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Chris McNulty: Eternal

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Chris-McNulty-JDGThese recordings on Eternal were made in 2013, but their enduring quality touches a chord even two years after Chris McNulty sang them. I savour these songs one by one taking breaks in between. Certainly they are not to be listened to all at once unless you seek as overpowering draught of something like profound and elemental sadness. The split threads of Ms. McNulty’s orchestral nerve-ends are teased so thoroughly and with such interest by orchestra and trio, and the recording engineers that more than several listenings are required to assimilate them.

Chris-McNulty-Eternal-JDGChris McNulty favours an Expressionist level of detail that casts louring shadows over even the lovesome blue flowers and the green fields of Billy Strayhorn’s otherworldly masterpiece. Her great Puccini moments come one after the other following that – during the Lionel Bart song from Oliver, “Where is Love” and is done with imposing authority as well as conviction: you really feel that loss is crushing your chest as you listen to those rippling piano scales from John Di Martino (what an extraordinary pianist he is). You also hear that in “A Flower is a Lovesome Thing” when Ben Wendel uses just a few bars to weave a magical spell on bassoon. And who can forget Ivan Barenboim’s exquisite break on “Boulevard of Broken Dreams”?

Sometimes Chris McNulty sings from within this Ewartung-like forest of notes, separated only by mystical glissandos—tessitura actually—informed by such magical microtonal separations that you feel completely engulfed by whispering foliage thickened and coloured by elemental lamentation. I feel like an interloper here—in “Nature Boy”—for instance and I shy away instinctively for fear that I might be discovered intruding on the deepest of emotions that can only come from a heartfelt excavation of that spectral soul, that elusive and wondrous spirit that lurks in all of us. Such are the felicitous and sensitively played characters in Ms. McNulty’s dramatic interpretations.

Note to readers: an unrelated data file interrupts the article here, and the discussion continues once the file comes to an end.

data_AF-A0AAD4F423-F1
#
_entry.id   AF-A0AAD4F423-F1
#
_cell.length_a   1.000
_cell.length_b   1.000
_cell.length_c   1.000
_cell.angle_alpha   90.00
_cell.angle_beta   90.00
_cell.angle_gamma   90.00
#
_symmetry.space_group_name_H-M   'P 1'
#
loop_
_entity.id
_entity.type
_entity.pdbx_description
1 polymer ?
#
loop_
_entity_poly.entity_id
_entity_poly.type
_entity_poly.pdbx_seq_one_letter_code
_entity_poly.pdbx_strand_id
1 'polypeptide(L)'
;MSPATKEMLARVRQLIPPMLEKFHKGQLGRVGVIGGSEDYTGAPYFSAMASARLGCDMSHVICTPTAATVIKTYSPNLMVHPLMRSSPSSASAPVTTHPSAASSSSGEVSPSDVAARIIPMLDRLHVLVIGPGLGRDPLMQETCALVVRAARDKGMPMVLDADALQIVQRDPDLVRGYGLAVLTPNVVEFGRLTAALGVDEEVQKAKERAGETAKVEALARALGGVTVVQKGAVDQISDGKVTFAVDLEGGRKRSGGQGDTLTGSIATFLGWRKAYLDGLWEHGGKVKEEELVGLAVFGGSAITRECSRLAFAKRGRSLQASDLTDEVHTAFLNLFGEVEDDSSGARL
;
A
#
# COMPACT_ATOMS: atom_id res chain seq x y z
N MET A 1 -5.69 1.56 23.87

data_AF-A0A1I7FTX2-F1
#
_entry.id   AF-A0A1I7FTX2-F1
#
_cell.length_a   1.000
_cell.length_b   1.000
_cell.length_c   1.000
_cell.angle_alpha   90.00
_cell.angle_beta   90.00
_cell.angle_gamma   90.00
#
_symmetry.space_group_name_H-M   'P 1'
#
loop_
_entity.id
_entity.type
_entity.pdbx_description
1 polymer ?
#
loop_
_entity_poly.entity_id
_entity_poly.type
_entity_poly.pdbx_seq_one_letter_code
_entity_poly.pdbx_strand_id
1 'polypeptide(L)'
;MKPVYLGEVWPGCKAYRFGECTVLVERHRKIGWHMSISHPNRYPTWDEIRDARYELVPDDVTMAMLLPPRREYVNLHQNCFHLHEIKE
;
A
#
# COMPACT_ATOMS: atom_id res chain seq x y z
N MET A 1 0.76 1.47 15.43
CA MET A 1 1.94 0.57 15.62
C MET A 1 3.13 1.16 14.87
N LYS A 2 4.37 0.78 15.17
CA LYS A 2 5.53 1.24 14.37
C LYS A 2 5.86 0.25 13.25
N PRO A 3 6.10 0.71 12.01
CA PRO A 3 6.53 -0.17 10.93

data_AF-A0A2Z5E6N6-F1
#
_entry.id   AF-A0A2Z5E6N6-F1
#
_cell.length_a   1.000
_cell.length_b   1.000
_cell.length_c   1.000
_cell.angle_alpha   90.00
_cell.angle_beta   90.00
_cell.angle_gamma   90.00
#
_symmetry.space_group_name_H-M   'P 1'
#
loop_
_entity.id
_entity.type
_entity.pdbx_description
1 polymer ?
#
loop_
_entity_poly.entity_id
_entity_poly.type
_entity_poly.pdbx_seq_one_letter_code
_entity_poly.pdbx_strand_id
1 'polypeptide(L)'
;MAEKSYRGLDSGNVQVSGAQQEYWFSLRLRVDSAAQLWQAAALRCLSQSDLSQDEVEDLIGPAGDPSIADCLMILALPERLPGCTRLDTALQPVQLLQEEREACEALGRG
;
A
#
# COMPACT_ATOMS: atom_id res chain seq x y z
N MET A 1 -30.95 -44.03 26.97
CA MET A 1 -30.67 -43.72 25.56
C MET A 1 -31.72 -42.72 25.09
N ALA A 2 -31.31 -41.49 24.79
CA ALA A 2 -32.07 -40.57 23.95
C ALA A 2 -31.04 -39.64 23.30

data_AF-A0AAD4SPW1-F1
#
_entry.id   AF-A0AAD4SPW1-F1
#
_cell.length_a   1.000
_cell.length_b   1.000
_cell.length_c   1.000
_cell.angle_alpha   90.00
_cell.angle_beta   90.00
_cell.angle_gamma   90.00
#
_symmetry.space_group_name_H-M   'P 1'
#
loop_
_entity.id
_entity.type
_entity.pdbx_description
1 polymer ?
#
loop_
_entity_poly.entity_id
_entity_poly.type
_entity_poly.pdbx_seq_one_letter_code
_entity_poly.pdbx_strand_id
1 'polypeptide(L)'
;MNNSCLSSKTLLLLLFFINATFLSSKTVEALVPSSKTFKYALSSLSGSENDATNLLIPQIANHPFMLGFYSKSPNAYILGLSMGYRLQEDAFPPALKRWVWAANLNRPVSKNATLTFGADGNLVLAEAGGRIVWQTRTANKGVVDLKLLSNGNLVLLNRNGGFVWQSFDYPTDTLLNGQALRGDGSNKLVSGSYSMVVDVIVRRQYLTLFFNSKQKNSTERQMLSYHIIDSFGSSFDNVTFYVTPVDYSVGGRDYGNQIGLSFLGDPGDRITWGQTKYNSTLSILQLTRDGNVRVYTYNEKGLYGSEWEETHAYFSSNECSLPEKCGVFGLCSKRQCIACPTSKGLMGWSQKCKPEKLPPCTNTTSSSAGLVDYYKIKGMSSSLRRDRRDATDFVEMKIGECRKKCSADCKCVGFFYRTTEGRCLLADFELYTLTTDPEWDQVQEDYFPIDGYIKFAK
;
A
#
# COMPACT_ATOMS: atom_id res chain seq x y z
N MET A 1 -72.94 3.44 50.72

The teasing view of both voice and instruments is spectacularly controlled by the Australian orchestrator and conductor Steve Newcomb. His lovely manner and his extraordinary method of communicating with his players where nothing much is said, but everything that matters is understood is what defines his outstanding performance. And the masterful musicians who pander to Chris McNulty as if they were paying obeisance to a favourite goddess excel themselves both in terms of sheet markings such as pianissimo and fortissimo as well as unabashed swing. IN this regard, Mr. Di Martino gives a glorious account of himself.

The recorded world is full of vocalists who get under your skin extorting tears from the over-the-top manufacture of sorrowful expression, but in the case of Chris McNulty there is something palpable. Even her gentlest of adieus are stretched with regret and impossibly freighted with grief. In the exquisite timbre of her guileless voice you are party to a bouquet of sorrow, as well as catharsis in an almost Grecian sense of the word.

Track List: The Saga of Harrison Crabfeathers; A Flower is a Lovesome Thing; What Are You Doing for the Rest of Your Life; Where is Love; You Are There; Stardust; Nature Boy; Yesterday I heard the Rain; Love Came on Stealthy Fingers; On a Clear Day; With Every Breath I take; Boulevard of Broken Dreams

Personnel: Chris McNulty: voice; John Di Martino: piano; Ugonna Okegwo: bass; Gregory Hutchinson: drums; Chamber Ensemble orchestrated and conducted by Steve Newcomb

Label: Palmetto
Release date: May 2015
Website: chrismcnulty
Running time: 58:54
Buy music on: amazon

About Chris McNulty

Since her emergence on the international jazz scene in 1991, NYC based and critically acclaimed Palmetto recording artist, Chris McNulty has been hailed by musicians, peers and critics alike as a jazz vocalist-composer with a unique vision, boundless creative energy and a distinctive style. Blessed with an exquisite instrument she combines a rich, expressive voice with a deep sense of swing, a natural feel for the blues and an impressive ability to improvise. Read more…

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